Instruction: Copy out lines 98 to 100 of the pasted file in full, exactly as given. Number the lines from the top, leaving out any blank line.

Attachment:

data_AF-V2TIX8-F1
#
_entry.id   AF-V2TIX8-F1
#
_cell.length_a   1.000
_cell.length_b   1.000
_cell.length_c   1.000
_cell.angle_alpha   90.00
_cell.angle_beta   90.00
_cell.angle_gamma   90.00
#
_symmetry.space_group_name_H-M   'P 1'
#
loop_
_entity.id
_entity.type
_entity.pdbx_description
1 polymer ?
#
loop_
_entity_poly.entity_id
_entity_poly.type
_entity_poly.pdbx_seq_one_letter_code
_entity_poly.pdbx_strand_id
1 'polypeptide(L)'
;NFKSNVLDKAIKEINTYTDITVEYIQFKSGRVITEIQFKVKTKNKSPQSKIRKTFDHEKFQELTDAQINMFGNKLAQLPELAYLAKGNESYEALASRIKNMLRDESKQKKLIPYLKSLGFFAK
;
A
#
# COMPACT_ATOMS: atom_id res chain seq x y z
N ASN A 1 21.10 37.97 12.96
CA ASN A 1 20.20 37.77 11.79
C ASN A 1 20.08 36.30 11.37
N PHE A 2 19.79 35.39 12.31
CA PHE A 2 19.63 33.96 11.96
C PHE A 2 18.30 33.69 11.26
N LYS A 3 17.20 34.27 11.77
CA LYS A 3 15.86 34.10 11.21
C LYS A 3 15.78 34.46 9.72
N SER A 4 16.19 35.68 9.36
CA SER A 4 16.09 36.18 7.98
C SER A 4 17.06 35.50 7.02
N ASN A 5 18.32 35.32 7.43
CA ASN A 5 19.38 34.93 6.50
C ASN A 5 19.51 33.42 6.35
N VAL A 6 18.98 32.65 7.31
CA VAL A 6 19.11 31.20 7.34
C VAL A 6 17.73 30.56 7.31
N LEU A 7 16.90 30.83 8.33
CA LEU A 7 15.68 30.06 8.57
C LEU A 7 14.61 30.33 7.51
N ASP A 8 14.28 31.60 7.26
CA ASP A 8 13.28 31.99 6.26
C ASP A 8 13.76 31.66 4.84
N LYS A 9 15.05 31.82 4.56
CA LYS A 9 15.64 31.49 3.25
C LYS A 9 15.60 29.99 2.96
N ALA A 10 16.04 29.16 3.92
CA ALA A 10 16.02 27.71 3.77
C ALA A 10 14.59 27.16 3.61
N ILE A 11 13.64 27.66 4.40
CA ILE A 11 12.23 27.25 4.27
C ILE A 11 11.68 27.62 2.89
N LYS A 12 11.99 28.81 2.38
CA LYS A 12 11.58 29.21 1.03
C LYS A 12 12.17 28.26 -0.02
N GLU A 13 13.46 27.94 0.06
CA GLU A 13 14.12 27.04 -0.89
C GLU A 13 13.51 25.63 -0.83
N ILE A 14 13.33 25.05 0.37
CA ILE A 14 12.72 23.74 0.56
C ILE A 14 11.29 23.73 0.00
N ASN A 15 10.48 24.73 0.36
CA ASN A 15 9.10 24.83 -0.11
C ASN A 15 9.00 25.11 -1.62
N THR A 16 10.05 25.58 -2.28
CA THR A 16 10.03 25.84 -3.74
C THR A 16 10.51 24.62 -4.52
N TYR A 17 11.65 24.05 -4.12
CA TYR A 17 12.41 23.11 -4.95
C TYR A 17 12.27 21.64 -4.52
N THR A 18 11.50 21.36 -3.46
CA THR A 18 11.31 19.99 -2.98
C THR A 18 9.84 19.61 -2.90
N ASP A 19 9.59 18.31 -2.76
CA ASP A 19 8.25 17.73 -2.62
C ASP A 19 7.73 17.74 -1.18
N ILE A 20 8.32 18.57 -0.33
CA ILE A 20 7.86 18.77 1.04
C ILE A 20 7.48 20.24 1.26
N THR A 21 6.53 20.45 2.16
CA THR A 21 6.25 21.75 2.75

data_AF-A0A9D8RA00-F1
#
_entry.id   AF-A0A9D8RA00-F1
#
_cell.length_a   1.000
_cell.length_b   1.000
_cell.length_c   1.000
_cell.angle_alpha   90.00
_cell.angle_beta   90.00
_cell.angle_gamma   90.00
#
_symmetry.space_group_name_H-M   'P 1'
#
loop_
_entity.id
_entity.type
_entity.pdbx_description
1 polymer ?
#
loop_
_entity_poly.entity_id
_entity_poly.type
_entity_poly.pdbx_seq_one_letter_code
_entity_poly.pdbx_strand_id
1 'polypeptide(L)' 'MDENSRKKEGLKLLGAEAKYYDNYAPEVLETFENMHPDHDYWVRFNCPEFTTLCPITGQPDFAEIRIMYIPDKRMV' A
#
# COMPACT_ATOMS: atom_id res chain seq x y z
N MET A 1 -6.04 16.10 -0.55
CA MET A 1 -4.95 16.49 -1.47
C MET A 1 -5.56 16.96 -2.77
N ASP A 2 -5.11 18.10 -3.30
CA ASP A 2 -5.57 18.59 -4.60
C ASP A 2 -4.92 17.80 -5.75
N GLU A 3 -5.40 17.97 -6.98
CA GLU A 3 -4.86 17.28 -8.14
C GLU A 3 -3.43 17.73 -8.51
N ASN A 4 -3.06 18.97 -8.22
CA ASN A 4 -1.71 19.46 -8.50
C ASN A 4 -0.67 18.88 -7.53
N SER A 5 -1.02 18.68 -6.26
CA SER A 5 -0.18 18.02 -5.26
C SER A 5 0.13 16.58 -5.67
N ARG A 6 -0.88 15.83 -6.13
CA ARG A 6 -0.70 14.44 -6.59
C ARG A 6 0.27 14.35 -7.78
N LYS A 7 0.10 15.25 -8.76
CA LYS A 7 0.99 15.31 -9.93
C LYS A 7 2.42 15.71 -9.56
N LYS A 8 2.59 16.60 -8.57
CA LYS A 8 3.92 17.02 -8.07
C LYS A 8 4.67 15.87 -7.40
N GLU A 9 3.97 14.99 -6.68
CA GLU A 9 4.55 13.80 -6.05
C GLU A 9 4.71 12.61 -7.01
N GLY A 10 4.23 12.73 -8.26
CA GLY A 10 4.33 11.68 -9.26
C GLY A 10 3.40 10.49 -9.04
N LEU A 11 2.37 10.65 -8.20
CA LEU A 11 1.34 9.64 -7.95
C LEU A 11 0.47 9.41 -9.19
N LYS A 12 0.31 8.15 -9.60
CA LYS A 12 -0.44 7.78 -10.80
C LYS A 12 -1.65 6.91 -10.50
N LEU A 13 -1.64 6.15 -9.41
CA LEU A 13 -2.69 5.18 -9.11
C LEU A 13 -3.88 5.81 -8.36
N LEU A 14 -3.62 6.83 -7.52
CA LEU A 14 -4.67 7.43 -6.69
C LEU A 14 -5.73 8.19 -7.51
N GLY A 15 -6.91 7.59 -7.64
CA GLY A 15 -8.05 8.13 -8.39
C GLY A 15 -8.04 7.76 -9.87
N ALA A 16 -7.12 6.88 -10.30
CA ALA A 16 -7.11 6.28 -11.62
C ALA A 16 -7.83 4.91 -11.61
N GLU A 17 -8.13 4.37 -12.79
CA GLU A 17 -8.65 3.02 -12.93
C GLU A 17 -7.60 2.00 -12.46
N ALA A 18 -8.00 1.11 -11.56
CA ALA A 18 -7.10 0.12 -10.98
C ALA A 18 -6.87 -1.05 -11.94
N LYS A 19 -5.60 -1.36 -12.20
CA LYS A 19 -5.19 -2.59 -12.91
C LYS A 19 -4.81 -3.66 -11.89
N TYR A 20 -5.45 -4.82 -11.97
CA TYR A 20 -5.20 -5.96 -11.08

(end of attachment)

_cell.length_b   1.000
_cell.length_c   1.000
_cell.angle_alpha   90.00